Arming up for the hot dogs: Lexington VA to Catawba VA

The beautiful Virginian countryside continues with babbling streams and the fragrant smell of wild flowers

93. It’s a number that’s been very much on our minds today. It’s not our planned mileage. Nope, it’s the temperature. The heat wave in Virginia is continuing to sweat it out and it’s doing its best to knock us for six we continue climbing the Appalachians. The apparent wind of cycling does cool you as you ride, but when you stop, or slow down on a hill, the heat takes its grip, so we are constantly reaching for our water-bottles.

Running out of water may be a worry,  but we are regularly passing farms and houses so should be fine. A more immediate fear is dogs that like to give chase to anything on two wheels. Most are just defending their properties and after a bit of bravado give up pretty quickly. But we know there will be some that won’t back down so easily. Kentucky is supposed to be particularly bad, so with the border getting ever closer our initial task today was to arm up.


No pepper spray in Wallmart, but plenty of guns…

Our first line of defence we already have – dog dazers – an electronic device which releases a high pitched frequency undetectable to us but painful to pooches. But we needed more, so after leaving our motel in Lexington we headed up to Walmart in search of suitable weaponry. Unfortunately the shop that has everything (imagine Tescos but much bigger) doesn’t sell pepper spray anymore. But we could have bought a selection of guns. Just imagine a world where you could buy a Sainsbury’s own brand rifle: “Sainsbury’s, where good guns cost less”.  Tescos: “Every bullet helps….”. Crazy.

Bike shop

You can’t beat the help and advice from a local bike shop.

Fortunately at 130 South Main Street, Lexington, there still exists an independent bike shop. Run by Andy Hunter for the past 38 years it’s one of those places which does everything from selling the smallest spare part to servicing and new bikes. We looked longingly at the lightweight machines on offer, lean gazelles compared to our sturdy pack horses parked up outside, but opted for two cans of HALT! and a new set if gloves for me (I’d lost mine on the first day).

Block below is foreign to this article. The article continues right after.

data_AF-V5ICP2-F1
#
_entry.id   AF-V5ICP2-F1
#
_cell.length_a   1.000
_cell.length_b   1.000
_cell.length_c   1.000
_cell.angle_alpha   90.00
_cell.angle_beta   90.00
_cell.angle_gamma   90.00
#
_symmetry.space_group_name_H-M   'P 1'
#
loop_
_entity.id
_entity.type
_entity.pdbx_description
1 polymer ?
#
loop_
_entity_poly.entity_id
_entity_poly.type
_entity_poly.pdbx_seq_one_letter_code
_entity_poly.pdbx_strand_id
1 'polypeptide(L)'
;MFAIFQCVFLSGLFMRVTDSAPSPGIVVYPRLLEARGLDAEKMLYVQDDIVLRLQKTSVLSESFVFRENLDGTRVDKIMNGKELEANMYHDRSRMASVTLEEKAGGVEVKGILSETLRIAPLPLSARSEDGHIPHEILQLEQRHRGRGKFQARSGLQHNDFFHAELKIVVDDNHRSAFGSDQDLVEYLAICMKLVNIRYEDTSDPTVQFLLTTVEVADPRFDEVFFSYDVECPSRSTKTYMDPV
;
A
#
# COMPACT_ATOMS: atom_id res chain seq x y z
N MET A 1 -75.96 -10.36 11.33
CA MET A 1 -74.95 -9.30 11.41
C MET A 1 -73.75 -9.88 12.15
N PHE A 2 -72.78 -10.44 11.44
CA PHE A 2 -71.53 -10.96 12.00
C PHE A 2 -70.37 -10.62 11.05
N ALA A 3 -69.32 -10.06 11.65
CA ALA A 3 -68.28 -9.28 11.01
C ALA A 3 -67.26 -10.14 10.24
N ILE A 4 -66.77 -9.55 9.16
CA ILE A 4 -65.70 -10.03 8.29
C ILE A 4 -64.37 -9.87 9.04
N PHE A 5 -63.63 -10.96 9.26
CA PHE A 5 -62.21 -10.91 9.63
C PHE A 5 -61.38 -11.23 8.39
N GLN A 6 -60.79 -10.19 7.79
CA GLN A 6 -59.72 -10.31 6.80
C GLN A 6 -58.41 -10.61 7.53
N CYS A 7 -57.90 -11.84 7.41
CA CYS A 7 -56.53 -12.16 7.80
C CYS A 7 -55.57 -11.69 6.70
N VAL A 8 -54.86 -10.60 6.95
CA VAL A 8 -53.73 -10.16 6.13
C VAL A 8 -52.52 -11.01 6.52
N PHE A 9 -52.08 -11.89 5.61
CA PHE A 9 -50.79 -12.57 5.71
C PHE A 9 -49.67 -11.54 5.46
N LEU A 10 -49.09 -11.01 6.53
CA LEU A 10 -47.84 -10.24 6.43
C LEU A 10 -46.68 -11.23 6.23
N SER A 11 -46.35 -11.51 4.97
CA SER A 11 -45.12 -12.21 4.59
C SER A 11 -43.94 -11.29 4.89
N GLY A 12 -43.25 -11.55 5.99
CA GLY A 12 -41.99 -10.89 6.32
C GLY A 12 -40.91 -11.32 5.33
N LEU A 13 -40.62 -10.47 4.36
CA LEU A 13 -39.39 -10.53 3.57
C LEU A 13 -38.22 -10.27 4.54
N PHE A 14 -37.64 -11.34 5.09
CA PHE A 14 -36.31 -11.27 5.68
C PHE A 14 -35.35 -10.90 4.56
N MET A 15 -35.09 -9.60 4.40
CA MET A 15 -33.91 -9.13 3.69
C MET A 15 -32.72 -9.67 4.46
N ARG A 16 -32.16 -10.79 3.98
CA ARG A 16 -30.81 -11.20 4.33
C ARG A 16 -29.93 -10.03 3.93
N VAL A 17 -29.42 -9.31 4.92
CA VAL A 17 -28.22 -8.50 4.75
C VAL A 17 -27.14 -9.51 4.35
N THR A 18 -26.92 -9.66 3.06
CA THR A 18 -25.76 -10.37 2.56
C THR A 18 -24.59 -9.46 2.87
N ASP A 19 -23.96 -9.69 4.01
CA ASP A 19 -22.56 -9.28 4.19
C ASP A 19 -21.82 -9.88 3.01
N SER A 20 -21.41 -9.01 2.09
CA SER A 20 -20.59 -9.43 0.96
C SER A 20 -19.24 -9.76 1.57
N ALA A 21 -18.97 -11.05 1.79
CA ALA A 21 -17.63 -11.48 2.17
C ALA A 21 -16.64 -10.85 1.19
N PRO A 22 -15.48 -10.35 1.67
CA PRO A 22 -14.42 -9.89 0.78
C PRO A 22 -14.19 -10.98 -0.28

Then we were finally off, into beautiful countryside with tight narrow lanes and rolling hills which could have been rural France or Britain, were it not for the exotic fauna. Huge swallowtail butterflies fluttered alongside us with brightly decorated yellow wings, turtles dawdled across the road and at one point a large black snake slid its way across the tarmac.


Large numbers of these stunning butterflies flying alongside us today. Can anyone identify them?

We saw very few cars today, following a windy path alongside mountain brooks and streams. Birds dashed about the hedgerows while birds of prey, with barn door wings, sent shadows gliding over the roads and forced our eyes skywards. At one point Terry counted 14 soaring together in the thermals above the woods. It was glorious, despite the heat and the climbing, yet as often been the case, the small towns in between offered little for the passing cyclist.

The town of Buchanan may have been historic, but all the restaurants and delis were closed, apart from one which was open but had no power. Once again we relied on petrol stations to keep us going, offering free water, topped up with energy drinks and Starbucks bottles of ice cold Frappacino. Yes I know it’s Starbucks, but I’ve little interest in their tax affairs in the UK when I’m parched in the US. Needs must.